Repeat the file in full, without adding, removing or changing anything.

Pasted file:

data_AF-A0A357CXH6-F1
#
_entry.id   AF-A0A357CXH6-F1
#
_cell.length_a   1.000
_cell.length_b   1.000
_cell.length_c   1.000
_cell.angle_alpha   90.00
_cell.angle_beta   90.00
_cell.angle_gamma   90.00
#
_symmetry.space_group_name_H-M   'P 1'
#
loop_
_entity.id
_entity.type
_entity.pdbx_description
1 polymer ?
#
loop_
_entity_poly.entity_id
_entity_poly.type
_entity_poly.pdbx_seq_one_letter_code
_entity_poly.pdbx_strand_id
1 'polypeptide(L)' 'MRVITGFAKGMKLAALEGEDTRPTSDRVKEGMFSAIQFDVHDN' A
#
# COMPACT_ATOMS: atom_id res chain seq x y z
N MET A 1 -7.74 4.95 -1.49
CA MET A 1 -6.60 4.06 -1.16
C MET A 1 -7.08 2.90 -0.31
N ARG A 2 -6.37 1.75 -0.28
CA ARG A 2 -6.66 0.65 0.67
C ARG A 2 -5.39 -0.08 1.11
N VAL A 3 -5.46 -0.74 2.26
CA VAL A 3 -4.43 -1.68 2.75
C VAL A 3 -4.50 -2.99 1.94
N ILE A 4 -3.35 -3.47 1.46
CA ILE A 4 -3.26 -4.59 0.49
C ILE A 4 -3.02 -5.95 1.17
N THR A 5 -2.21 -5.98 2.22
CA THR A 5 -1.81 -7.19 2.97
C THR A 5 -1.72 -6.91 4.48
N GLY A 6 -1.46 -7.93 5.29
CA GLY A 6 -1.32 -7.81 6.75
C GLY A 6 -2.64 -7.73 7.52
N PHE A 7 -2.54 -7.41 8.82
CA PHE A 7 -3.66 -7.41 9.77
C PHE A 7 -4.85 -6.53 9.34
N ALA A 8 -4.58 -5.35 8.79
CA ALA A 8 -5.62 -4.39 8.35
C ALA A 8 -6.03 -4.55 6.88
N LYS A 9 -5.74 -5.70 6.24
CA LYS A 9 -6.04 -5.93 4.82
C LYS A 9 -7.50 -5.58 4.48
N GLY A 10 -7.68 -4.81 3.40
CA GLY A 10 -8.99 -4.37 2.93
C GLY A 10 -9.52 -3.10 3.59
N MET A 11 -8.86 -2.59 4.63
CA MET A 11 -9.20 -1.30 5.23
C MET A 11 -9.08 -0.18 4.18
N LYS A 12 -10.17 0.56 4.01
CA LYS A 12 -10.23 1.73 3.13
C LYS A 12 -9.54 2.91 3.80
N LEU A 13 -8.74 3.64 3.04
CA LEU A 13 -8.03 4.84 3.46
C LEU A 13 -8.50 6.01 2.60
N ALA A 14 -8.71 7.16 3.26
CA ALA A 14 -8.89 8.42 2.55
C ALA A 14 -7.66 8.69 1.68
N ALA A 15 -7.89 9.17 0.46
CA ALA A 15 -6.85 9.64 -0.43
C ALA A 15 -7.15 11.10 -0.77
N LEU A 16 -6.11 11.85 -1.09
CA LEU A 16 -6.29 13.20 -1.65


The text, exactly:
data_AF-A0A357CXH6-F1
#
_entry.id   AF-A0A357CXH6-F1
#
_cell.length_a   1.000
_cell.length_b   1.000
_cell.length_c   1.000
_cell.angle_alpha   90.00
_cell.angle_beta   90.00
_cell.angle_gamma   90.00
#
_symmetry.space_group_name_H-M   'P 1'
#
loop_
_entity.id
_entity.type
_entity.pdbx_description
1 polymer ?
#
loop_
_entity_poly.entity_id
_entity_poly.type
_entity_poly.pdbx_seq_one_letter_code
_entity_poly.pdbx_strand_id
1 'polypeptide(L)' 'MRVITGFAKGMKLAALEGEDTRPTSDRVKEGMFSAIQFDVHDN' A
#
# COMPACT_ATOMS: atom_id res chain seq x y z
N MET A 1 -7.74 4.95 -1.49
CA MET A 1 -6.60 4.06 -1.16
C MET A 1 -7.08 2.90 -0.31
N ARG A 2 -6.37 1.75 -0.28
CA ARG A 2 -6.66 0.65 0.67
C ARG A 2 -5.39 -0.08 1.11
N VAL A 3 -5.46 -0.74 2.26
CA VAL A 3 -4.43 -1.68 2.75
C VAL A 3 -4.50 -2.99 1.94
N ILE A 4 -3.35 -3.47 1.46
CA ILE A 4 -3.26 -4.59 0.49
C ILE A 4 -3.02 -5.95 1.17
N THR A 5 -2.21 -5.98 2.22
CA THR A 5 -1.81 -7.19 2.97
C THR A 5 -1.72 -6.91 4.48
N GLY A 6 -1.46 -7.93 5.29
CA GLY A 6 -1.32 -7.81 6.75
C GLY A 6 -2.64 -7.73 7.52
N PHE A 7 -2.54 -7.41 8.82
CA PHE A 7 -3.66 -7.41 9.77
C PHE A 7 -4.85 -6.53 9.34
N ALA A 8 -4.58 -5.35 8.79
CA ALA A 8 -5.62 -4.39 8.35
C ALA A 8 -6.03 -4.55 6.88
N LYS A 9 -5.74 -5.70 6.24
CA LYS A 9 -6.04 -5.93 4.82
C LYS A 9 -7.50 -5.58 4.48
N GLY A 10 -7.68 -4.81 3.40
CA GLY A 10 -8.99 -4.37 2.93
C GLY A 10 -9.52 -3.10 3.59
N MET A 11 -8.86 -2.59 4.63
CA MET A 11 -9.20 -1.30 5.23
C MET A 11 -9.08 -0.18 4.18
N LYS A 12 -10.17 0.56 4.01
CA LYS A 12 -10.23 1.73 3.13
C LYS A 12 -9.54 2.91 3.80
N LEU A 13 -8.74 3.64 3.04
CA LEU A 13 -8.03 4.84 3.46
C LEU A 13 -8.50 6.01 2.60
N ALA A 14 -8.71 7.16 3.26
CA ALA A 14 -8.89 8.42 2.55
C ALA A 14 -7.66 8.69 1.68
N ALA A 15 -7.89 9.17 0.46
CA ALA A 15 -6.85 9.64 -0.43
C ALA A 15 -7.15 11.10 -0.77
N LEU A 16 -6.11 11.85 -1.09
CA LEU A 16 -6.29 13.20 -1.65